Surely you saw the news yesterday: one measure of inflation, the Consumer Price Index (CPI) rose 1.1 percent in June – twice the rate of May for a total of 5 percent over the past 12 months and the largest year-to-year jump since 1991.
Meanwhile, consumer spending has stagnated and no wonder. Food prices, according to the federal government, rose .8 percent in June (up 6.1 percent in 12 months) with a 2.8 percent increase for fruits and vegetables and a 1.6 percent rise for dairy. Gasoline passed the $4 mark a few weeks ago, with a gallon of regular going for more than $5 in rural areas where it costs more to truck it to the local pumps.
In my neck of the woods, Portland, Maine, a pint of local strawberries at the farmers market is going for $6 this year compared with $4 last year (33 percent). I just signed the contract locking in the price for my winter-season heating fuel: up more than 45 percent in one year - and that’s with the .02 cents-per-gallon elder discount, which will save me all of $15 over the next 12 months.
I'm sure you have your own stories of giant leaps in prices of essentials. National CPI averages don’t come close to telling the economic story for those of us in the real world despite McCain campaign economic adviser and former senator, Phil Gramm, says about us being a nation of whiners.
Elders are being hit hard. Throughout the country, Meals on Wheels programs are cutting back deliveries to once a week, frozen meals instead of hot, and the number of visits from home health care aides is being cut too.
“…Bill Harman, 77, relies on a home aide to take care of his wife, Evelyn, who is 85 and has Alzheimer’s disease. Mr. Harman has had to use a wheelchair since 2000 because of hip problems…”
For her work with the Harmans, health aide Katie Clark earns $9 an hour and is not reimbursed for the gas she uses to drive the 700 miles over a week to visit them twice a day. Now, with the surge in gas prices, Ms. Clark doesn’t know how much longer she can afford the travel.
“If she leaves, Mr. Harman said, he could not care for his wife…Without an aide, he said, he would have to put his wife in a nursing home, and probably need to live in one himself.”
- The New York Times, 5 July 2008
Even elders who do not need home care, who are independent, are cutting back on visits to friends and family, community events and senior centers.
“[Betty Lish, 62,] has turned off her phone service and internet connection. She doesn’t use her air conditioning and keeps all appliances unplugged whenever possible. She relies on food stamps for groceries.
“’I can’t cut back any more,' she said.
“After paying rent and utility bills, the amount she receives in Social Security payments leaves about $20 a month for gas…
“So Lish cannot afford gas to visit her children, several living about two hours away. She no longer communicates through email with a son living in Japan.”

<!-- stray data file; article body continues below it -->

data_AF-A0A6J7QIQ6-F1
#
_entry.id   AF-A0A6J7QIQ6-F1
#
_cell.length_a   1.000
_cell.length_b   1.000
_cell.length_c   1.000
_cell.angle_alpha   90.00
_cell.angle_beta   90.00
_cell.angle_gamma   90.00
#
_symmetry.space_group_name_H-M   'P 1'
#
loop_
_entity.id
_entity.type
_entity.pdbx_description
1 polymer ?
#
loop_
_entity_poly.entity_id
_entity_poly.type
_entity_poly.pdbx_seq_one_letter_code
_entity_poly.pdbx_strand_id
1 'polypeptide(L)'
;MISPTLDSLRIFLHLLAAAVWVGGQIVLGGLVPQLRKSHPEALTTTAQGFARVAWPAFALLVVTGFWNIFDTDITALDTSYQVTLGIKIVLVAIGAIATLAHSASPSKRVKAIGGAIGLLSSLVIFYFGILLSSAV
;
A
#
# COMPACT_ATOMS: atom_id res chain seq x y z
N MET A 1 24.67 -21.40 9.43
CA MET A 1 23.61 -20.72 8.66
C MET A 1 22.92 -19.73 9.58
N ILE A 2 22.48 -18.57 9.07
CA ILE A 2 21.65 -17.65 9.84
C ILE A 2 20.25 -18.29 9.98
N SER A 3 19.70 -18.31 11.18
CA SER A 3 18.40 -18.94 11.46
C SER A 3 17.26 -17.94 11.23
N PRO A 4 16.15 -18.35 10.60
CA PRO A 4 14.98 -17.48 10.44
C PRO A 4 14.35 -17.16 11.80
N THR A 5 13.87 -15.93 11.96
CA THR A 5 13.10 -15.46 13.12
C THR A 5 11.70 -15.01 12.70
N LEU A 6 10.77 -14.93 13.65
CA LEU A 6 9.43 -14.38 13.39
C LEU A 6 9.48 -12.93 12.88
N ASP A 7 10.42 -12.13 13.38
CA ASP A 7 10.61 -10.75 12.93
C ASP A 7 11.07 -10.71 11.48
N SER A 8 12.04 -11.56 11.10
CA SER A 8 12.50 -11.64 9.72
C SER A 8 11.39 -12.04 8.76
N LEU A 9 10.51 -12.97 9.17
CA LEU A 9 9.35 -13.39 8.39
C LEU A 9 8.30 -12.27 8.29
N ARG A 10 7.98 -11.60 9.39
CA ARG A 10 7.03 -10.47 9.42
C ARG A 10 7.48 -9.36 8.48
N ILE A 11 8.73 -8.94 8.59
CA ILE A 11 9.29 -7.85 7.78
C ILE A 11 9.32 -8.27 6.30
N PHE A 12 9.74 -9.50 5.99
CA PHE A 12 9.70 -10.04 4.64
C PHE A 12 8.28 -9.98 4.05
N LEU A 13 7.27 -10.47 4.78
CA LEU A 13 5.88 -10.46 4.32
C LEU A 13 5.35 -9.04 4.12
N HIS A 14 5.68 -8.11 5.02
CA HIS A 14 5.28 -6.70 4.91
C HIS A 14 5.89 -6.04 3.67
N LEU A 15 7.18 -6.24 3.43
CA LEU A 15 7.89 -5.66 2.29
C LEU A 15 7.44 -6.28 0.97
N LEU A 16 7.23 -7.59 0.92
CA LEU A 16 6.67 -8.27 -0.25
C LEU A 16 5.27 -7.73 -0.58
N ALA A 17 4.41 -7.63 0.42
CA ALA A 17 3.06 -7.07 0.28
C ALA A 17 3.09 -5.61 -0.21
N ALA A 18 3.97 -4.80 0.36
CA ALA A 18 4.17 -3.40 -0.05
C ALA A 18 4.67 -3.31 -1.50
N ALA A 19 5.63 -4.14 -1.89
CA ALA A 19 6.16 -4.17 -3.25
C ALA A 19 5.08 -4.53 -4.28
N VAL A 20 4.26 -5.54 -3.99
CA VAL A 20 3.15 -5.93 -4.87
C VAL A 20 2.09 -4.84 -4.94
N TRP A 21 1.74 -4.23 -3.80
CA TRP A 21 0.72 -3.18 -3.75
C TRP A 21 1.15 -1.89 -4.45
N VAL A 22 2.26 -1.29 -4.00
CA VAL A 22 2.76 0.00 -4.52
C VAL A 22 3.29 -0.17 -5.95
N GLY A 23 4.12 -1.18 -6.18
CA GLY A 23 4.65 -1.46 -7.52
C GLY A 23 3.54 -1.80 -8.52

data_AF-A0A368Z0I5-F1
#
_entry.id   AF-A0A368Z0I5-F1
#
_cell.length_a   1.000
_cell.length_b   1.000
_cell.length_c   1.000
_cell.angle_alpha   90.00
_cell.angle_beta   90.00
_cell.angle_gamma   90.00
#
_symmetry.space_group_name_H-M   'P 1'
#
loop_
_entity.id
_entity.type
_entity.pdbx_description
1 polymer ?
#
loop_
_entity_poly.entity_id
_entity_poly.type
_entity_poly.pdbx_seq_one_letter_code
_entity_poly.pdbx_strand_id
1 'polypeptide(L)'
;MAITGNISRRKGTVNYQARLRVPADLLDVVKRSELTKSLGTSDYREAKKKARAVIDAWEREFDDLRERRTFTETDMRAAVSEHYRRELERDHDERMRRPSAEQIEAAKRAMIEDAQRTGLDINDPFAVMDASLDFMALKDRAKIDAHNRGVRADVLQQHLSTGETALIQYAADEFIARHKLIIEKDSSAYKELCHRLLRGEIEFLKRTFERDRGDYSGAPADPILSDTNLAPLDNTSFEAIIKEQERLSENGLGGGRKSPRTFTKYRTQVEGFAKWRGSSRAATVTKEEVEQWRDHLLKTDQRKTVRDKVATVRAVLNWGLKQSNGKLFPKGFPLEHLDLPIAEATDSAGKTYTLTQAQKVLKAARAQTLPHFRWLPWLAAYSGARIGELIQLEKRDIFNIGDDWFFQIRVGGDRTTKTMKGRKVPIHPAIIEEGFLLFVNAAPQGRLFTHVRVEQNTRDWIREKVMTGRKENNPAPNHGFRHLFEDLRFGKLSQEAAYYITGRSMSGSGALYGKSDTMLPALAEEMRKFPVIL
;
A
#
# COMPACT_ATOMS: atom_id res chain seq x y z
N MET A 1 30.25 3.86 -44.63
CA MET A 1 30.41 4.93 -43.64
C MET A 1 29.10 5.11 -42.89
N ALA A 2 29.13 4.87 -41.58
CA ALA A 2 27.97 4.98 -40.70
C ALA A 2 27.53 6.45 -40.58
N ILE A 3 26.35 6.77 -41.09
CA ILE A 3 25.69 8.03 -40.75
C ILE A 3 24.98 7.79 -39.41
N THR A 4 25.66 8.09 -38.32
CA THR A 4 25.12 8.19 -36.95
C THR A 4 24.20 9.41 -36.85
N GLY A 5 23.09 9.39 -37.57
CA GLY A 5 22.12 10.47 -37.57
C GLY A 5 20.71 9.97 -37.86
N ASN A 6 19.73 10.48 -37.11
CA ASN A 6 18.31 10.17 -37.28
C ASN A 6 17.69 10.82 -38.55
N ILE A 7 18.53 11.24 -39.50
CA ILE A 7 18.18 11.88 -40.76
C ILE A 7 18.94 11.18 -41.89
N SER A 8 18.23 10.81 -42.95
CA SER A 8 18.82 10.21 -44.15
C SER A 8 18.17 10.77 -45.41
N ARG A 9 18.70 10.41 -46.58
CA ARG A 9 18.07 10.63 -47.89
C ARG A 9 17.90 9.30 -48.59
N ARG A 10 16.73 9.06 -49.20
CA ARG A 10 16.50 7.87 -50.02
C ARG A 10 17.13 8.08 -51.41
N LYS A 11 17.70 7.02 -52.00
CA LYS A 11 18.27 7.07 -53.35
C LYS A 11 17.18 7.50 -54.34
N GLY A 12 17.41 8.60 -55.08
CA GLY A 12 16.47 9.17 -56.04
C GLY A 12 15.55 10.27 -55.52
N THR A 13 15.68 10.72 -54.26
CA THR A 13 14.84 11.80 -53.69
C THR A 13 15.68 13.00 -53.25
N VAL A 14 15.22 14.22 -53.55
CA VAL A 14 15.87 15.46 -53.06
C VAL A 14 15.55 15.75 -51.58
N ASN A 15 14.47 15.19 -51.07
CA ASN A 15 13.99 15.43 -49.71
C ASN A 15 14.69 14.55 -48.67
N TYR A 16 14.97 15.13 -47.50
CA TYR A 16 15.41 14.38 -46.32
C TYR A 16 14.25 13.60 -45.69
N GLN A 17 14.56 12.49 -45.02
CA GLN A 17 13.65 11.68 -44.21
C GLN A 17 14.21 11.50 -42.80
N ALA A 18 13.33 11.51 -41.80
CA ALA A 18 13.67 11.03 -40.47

- Tulsa World, 12 July 2008
“Most senior citizens are on a fixed income and can barely afford to put gas in their car. And no gas means many of them are shut in.
“Some are complaining they can’t visit their friends and their friends can’t visit them so they sit at home alone.
“For many seniors, their set budget doesn’t include enough money for soaring electricity bills, gasoline that’s nearly $4 a gallon and paying double for the same bag of groceries they used to buy.”
- myfoxhouston.com, 2 July 2008
The July/August AARP Bulletin published a poll showing some of the ways elders are coping with rising food prices:
Using coupons at grocery stores: 57%
Buying generic brands of groceries: 56%
Starting a vegetable garden: 27%
Shopping less frequently: 47%
Eating more leftovers: 56%
Eating fewer meals: 18%
Eating out less: 54%
It’s that “eating fewer meals” that is alarming. And, undoubtedly, some elders are not filling prescriptions or taking smaller dosages of medications to stretch the time between refills.
The real-world price increase examples at the top of this story are likely closer to the truth of current inflation than the government's official CPI numbers. In a story yesterday at Huffington Post, Kevin Phillips quotes Charles S. Schwab & Company chief economist Liz Ann Sonders:
“‘Over the past 30 years, major changes have been made to the calculation of the CPI…
“If you eliminate those adjustments and calculate CPI as it would have been calculated in 1980, it would be nearly 12 percent today...No wonder clients constantly tell me they distrust government inflation data."
“Maybe our presidential candidates should take a break from discussing how many troops to move from Iraq to Afghanistan or vice versa and start publicly discussing the extent to which a fundamental mismanagement of the U.S. economy rests on a framework of what can bluntly be described as lies, damn lies and statistics.”
No kidding. And we shouldn’t have to wait for an election; Congress could be working on this. For elders, the issue of miscalculation of inflation statistics is a serious matter. The annual Social Security cost-of-living adjustment (COLA) is based on the CPI.
[At The Elder Storytelling Place today, liloldme tells of a surprise encounter from Long, Long Ago and Far Away.]